The Hipparcos astrometry satellite was launched on 8 August 1989, and after spacecraft and payload commissioning, commenced the routine data acquisition phase on 26 November 1989. Having failed to reach its planned geostationary orbit, major revisions in the mission operations were made, and the post-launch expectations of the mission were strongly degraded with respect to the original goals - principally due to the greatly reduced observational efficiency (caused by the lack of ground station coverage) and the anticipated degraded mission lifetime (as a result of the high-energy particle degradation of the solar arrays in the geostationary transfer orbit).
The final astrometric accuracies attainable by the Hipparcos mission will be influenced by the spacecraft and payload performances on the one hand, and by fraction of useful data and mission lifetime on the other. It will be shown that the elemental observational measurements correspond very closely to the predictions, and the data recovery fraction now stands at around 60–70 per cent, so that the ultimate scientific value of the Hipparcos results will be tied directly to the satellite lifetime. A measurement duration of at least 18 months is mandatory if the astrometric parameters (parallaxes and proper motions) are to be decoupled through the data reductions procedures. A somewhat longer lifetime (2.5–3 years) is necessary in order to reduce the errors on the astrometric parameters to the astrophysically-significant accuracies of around 2 milli-arcsec.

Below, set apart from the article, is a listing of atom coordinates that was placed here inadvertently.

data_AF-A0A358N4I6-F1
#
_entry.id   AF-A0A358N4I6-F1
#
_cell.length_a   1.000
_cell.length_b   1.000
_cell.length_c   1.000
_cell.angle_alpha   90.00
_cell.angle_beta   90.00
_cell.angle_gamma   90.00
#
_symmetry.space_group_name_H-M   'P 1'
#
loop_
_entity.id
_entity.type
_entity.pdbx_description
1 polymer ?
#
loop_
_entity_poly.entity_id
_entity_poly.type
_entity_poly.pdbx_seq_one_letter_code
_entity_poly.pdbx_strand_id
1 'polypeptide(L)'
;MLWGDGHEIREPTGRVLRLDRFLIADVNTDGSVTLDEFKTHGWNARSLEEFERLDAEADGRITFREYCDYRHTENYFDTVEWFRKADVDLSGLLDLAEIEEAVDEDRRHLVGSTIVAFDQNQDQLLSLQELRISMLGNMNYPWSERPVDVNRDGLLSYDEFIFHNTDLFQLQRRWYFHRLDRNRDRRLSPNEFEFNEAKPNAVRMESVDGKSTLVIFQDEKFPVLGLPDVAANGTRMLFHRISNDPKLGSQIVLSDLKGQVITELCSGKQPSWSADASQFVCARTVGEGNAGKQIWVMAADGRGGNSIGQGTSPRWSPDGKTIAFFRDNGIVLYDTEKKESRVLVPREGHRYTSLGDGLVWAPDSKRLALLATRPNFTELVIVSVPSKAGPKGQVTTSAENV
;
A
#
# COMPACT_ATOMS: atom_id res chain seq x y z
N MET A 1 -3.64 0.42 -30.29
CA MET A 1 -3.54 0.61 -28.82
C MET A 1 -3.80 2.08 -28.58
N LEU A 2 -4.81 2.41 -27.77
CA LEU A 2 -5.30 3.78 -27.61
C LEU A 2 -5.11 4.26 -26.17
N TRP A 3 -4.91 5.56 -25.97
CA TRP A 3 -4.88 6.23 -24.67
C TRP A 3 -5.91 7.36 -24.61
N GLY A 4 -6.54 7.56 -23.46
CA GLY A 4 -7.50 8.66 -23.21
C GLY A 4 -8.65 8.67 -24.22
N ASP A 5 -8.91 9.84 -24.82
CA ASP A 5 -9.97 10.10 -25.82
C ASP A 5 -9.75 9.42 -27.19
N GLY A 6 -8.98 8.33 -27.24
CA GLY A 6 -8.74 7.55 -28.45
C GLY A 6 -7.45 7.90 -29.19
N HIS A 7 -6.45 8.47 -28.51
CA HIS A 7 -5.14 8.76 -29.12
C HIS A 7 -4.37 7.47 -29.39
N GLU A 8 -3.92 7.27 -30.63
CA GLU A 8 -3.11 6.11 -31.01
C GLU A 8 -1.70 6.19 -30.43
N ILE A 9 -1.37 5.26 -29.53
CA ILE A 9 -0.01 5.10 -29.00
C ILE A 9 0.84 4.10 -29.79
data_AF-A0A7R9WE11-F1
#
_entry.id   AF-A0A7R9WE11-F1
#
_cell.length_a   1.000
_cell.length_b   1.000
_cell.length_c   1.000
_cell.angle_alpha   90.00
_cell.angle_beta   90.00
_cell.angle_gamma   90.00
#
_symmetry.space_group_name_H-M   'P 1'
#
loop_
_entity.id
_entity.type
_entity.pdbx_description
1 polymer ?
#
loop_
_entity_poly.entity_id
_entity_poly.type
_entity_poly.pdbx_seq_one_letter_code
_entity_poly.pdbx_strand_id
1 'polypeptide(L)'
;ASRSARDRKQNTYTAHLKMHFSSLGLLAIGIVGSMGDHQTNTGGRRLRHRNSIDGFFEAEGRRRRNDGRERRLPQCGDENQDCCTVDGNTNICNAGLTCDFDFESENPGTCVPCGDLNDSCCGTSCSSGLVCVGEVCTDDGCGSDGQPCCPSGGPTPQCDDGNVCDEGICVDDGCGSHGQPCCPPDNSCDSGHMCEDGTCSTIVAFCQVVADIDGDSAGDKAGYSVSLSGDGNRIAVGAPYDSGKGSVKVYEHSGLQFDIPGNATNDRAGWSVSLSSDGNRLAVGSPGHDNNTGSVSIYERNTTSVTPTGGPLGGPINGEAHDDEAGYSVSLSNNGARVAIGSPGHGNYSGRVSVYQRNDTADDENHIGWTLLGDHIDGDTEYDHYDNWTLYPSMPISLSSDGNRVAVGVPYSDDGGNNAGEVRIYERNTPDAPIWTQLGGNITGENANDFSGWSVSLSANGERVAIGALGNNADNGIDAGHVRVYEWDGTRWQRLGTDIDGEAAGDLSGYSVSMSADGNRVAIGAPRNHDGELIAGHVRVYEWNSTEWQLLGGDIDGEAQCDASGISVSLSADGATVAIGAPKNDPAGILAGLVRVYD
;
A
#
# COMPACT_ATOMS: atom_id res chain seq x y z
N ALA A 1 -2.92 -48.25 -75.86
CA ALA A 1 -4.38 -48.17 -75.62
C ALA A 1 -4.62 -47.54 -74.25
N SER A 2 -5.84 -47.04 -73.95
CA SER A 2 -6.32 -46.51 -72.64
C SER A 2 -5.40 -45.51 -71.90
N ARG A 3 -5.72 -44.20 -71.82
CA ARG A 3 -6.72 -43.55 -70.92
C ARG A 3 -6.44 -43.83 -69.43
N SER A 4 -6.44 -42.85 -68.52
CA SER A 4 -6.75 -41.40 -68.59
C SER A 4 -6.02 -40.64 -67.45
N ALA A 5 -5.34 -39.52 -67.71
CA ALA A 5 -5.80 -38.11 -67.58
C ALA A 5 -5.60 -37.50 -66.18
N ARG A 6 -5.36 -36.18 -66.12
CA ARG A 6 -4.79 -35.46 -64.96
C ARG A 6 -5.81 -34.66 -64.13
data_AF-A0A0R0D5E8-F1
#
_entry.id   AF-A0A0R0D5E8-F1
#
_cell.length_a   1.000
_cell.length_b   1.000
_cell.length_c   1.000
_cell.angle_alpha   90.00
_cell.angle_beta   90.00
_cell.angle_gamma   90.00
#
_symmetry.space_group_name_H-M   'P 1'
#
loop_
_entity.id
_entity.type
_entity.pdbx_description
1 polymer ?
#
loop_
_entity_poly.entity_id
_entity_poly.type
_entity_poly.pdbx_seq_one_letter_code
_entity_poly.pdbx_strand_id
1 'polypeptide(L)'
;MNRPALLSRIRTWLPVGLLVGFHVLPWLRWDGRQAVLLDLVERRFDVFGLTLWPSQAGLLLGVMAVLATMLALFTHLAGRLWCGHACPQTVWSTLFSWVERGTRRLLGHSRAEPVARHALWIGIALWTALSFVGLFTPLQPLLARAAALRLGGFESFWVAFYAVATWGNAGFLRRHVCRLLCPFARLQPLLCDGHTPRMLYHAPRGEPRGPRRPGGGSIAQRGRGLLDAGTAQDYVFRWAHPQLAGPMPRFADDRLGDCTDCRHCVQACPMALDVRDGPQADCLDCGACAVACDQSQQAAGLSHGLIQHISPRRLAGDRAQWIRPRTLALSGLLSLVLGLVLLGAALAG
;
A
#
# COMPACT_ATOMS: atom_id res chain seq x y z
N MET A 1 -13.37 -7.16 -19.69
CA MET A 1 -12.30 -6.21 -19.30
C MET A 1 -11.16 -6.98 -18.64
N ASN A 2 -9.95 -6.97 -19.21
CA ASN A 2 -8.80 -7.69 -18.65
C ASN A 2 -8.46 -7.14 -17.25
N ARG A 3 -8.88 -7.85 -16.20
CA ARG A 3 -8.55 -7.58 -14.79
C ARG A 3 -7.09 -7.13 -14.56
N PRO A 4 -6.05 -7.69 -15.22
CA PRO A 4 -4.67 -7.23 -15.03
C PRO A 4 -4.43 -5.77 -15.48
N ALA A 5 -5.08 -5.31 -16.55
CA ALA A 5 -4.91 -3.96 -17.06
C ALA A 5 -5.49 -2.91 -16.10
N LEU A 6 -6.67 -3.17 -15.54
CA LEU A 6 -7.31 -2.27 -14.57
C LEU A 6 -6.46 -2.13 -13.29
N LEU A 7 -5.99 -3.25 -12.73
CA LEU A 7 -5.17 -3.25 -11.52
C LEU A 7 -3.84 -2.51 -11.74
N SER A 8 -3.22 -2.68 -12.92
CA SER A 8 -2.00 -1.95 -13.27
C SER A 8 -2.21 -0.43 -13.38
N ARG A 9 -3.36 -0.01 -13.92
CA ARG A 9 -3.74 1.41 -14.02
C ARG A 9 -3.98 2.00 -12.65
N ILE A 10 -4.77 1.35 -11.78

It will be shown that the present indications of the satellite performances, and the significant progress already made in the data reductions, indicate that the difficulties of the ‘revised’ Hipparcos mission have been largely overcome, and that these target accuracies could still be achievable.